On the other end of the spectrum, stiffly sprung sports cars exhibit minimal body motion as the car is driven aggressively, as cornering is flat, but the ride quality generally suffers — think Mazda Miata. Yes, there are a number of current vehicles that do a good job of providing an agreeable balance of ride and handling, such as a BMW 5 Series, the C6 Corvette and even the Cadillac SRV SUV. But Dr. Bose's goal was to offer a suspension design that would provide an even smoother ride than a top luxury car (such as the Lexus LS 430 sedan) while simultaneously providing more body control than a top sports car (such as a Porsche 911).
Twenty-four years after making a commitment to this vision, Dr. Bose presented his idea to the automotive press. Admittedly, that's a long gestation period for his "baby," but one that he could afford thanks to the freedom afforded by a privately held company. And we were stunned by this achievement. To say that this technology is the biggest advance in automobile suspension since all-independent design would be an understatement.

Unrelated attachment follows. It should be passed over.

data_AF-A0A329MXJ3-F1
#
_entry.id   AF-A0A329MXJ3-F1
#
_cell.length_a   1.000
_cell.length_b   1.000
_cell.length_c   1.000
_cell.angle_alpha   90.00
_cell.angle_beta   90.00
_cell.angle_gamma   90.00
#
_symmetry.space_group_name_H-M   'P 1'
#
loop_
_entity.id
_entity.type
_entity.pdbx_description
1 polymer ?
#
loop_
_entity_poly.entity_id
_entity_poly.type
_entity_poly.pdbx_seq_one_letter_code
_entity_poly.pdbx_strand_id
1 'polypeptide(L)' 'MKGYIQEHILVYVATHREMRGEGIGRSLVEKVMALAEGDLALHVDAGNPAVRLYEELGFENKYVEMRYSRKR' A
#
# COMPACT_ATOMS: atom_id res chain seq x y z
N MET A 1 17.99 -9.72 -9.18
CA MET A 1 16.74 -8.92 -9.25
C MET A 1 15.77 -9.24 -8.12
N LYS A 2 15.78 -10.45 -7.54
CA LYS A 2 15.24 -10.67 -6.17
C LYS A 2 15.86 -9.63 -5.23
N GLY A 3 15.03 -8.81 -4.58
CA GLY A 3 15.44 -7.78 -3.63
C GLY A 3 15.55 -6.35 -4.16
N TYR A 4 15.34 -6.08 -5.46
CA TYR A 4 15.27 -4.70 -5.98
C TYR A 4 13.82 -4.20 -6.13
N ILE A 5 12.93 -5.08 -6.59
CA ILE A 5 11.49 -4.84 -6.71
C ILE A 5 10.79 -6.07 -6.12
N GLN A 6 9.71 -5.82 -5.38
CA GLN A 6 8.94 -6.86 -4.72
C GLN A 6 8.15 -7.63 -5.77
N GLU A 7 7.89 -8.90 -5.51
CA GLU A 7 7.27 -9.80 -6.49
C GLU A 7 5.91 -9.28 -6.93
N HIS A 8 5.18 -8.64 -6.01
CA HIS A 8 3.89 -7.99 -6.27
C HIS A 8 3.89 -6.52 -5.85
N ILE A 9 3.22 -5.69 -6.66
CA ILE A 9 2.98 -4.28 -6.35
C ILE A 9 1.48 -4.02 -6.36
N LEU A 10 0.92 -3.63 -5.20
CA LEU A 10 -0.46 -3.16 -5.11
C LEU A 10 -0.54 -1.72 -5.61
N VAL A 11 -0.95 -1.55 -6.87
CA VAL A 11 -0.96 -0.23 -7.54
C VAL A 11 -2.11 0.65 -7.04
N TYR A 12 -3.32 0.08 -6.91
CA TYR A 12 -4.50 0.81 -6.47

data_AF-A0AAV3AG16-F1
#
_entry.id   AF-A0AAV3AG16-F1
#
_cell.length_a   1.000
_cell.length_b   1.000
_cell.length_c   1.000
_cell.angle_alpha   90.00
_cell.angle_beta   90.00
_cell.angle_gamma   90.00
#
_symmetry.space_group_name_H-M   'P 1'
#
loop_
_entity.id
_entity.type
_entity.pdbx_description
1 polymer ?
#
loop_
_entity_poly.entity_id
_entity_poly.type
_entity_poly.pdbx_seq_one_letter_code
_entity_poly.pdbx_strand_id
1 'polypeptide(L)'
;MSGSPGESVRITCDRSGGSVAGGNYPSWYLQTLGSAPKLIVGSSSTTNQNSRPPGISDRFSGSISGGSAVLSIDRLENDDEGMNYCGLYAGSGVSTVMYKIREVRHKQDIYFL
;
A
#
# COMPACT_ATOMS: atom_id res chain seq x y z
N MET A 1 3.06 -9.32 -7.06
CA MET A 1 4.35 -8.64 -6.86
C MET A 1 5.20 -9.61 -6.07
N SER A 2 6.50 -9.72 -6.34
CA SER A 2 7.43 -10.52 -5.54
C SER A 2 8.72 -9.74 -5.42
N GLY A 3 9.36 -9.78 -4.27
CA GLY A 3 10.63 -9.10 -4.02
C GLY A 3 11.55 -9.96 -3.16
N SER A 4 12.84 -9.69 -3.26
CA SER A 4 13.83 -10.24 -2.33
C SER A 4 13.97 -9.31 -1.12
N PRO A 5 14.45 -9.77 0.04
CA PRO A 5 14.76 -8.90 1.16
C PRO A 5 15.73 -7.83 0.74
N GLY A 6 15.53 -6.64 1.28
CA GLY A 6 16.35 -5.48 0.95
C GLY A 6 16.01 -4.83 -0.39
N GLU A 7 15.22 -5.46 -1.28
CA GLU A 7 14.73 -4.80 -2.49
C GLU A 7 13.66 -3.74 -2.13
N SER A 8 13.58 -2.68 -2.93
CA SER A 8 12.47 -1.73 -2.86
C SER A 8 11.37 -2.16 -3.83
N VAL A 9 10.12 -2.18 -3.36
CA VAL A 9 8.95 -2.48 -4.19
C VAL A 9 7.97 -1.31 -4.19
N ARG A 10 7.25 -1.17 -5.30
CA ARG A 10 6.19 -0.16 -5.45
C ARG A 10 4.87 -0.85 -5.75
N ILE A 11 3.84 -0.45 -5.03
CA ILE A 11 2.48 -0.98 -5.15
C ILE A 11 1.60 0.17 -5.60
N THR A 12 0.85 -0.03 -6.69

So howzit work? At the risk of oversimplifying, the Bose system uses a linear electromagnetic motor (L.E.M.) at each wheel, in lieu of a conventional shock and spring setup. The L.E.M. has the ability to extend (as if into a pothole) and retract (as if over a bump) with much greater speed than a fluid damper (taking just milliseconds, actually). These lightning-fast reflexes and precise movement allow the wheel's motion to be so finely controlled that the body of the car remains level, regardless of the goings-on at the wheel level. The L.E.M. can also counteract the body motion of a car while accelerating, braking and cornering, giving the driver a greater sense of control and passengers less of a need for Dramamine. To further the smooth ride goal, wheel dampers inside each wheel hub smooth out small road imperfections, isolating even those nuances from the passenger compartment. Torsion bars take care of supporting the vehicle, allowing the Bose system to concentrate on optimizing handling and ride dynamics.